3. I’ve got a negative comment, now what?
Well first of all… congrats! Not for the negative comment, but the fact that you’ve only got 1 negative comment. Now here’s where the real work begins. Negative comments are tricky and often unique to the person posting them. Find a solution and respond as soon as possible, remember to thank them for their valuable feedback. If it’s a comment you can’t handle – like a product defect – respond with the number of your customer service hotline.
4. Nah! I’ll just ignore, the comments will go away.
Do this at your own peril. Just one product complaint will – I REPEAT, WILL – attract other fans to join the upheaval. Negative comments must be nipped in the bud. Even if you can’t offer an immediate solution, engage the fans to show that you are listening. If a complaint has snowballed, contact the complainants in person and try to work out the problem. Never ignore negative comments, you’d be asking for trouble.
5. I thought Facebook Brand Pages are for fans to share brand experiences?
But your fans don’t know that. Disgruntled consumers think all brand channels are game to voice their opinions. Instead of bringing up the matter to customer service, Facebook allows for the ease and relative anonymity to make product complaints. So make it clear that the page is created for sharing product experience and that all product complaints should be directed to customer service. Remember to display customer service contact details up front. This may not eliminate negative comments altogether, but at least the majority of fans will think twice before posting brand-bashing comments.
The 5 steps above are just general guides, and I do not guarantee its effectiveness. The most important of all is to respond sensibly and fairly quickly, and please never leave negative comments unattended. Do remember to never sound accusatory or defensive when responding. After all, the consumer is always (supposed to be) right.
Should social media management fall under the care of an advertising agency? You may think that since it’s all about communicating to online consumers, then it should be the responsibility of an ad agency. Or more appropriate, your friendly interactive agency. I’m not so sure about that.
Social media management essentially consists of all efforts that either initiates contact with prospects online or responds to online activities that reference your product or service. I’ve defined it rather simply because it is actually as simple as that. Anything that you do or the consumers are doing online with regards to your business must be monitored regularly by a dedicated team. Be it an internal team in your organisation or an agency that specialises in social media management, which I think is non-existent here in Malaysia.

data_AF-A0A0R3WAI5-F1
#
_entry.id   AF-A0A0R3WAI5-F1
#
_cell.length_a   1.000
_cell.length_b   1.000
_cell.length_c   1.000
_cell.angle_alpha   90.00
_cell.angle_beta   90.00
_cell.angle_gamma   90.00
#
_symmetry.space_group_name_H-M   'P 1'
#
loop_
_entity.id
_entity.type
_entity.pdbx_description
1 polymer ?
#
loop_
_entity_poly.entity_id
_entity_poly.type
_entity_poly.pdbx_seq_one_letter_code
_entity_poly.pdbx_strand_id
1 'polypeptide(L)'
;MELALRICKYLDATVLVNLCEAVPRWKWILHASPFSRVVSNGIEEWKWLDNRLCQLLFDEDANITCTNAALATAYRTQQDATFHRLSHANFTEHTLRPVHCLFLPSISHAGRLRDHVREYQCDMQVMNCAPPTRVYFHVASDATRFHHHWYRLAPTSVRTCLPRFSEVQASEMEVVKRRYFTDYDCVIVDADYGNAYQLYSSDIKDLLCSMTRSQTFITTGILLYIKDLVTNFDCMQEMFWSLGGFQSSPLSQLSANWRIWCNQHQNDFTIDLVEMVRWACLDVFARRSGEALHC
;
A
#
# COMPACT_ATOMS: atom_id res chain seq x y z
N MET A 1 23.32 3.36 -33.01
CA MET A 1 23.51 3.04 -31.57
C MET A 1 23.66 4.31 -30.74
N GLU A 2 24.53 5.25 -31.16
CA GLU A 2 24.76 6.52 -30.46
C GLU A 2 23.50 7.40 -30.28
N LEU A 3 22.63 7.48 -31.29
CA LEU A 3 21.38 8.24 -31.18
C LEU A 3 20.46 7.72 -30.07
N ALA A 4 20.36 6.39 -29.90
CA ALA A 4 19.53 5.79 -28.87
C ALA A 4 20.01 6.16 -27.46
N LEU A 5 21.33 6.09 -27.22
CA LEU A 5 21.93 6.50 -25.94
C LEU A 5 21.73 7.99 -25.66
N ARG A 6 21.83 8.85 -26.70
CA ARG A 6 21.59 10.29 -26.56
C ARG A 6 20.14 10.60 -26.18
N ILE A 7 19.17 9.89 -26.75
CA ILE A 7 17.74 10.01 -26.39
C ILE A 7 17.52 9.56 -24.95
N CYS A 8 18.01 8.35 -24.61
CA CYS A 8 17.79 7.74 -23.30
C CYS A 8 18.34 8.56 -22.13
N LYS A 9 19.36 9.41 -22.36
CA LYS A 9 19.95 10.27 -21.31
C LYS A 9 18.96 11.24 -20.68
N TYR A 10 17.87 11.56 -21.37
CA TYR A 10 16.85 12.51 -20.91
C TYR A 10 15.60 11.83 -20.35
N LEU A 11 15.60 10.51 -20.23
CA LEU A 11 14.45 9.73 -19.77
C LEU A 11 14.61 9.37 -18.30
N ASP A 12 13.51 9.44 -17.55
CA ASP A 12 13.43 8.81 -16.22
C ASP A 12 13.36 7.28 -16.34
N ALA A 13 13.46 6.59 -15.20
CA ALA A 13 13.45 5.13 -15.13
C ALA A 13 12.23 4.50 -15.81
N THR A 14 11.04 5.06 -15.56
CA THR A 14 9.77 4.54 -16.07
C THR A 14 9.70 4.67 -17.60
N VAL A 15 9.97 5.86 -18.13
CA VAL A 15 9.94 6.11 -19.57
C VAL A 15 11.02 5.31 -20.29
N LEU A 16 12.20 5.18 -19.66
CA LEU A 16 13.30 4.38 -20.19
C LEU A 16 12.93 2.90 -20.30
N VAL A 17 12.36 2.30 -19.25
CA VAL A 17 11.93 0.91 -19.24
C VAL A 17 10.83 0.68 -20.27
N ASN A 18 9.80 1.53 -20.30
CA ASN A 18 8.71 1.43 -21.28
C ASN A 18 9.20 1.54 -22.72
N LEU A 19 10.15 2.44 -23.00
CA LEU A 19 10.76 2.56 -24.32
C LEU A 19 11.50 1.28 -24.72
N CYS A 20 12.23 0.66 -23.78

Think about it. Let’s say you ask your existing ad agency to take care of social media management. Stuff like creating and updating Facebook/MySpace pages, publishing an informative, relevant and interesting blog and responding to comments about your product in third party blogs. This requires a concerted, calculated effort because of it’s never ending nature. As more and more consumers discover the wonders of going online, the more comments, approvals and criticisms there will be about your product or company.
And who do you think most likely be managing your company’s online presence in this ad agency of yours? Wait for it. Yes! It’s your overworked, multiple-account-handling and possibly clueless copywriter… and maybe a planner or strategist if you’re lucky. Would you really let the future of your brand’s online direction rest in the hands of one or two persons?
You may think a copywriter is suited to handle social media, true but not entirely. I’ll give you 2 reasons:
Copywriters are trained to write marketing copy. Anything that smells like regular copy, especially words like “Buy”, “Free” and “Exclusive” are ignored by users. Social media is all about the influencing power of peers and not an advertising wordsmith.
To make interesting blog posts and respond to comments or criticisms, the copywriter has to have an extensive knowledge of the product/service, brand and company. No, a powerpoint outlining company history, brand guidelines and product catalogue will not do. How many companies will allow a writer to be embedded with them for at least a month? Not many.
Social media is a different ballgame altogether. Relying solely on a copywriter is like asking a property lawyer handle your criminal case. While it’s possible, the risks are far to great. Your brand might just end up in the slammer.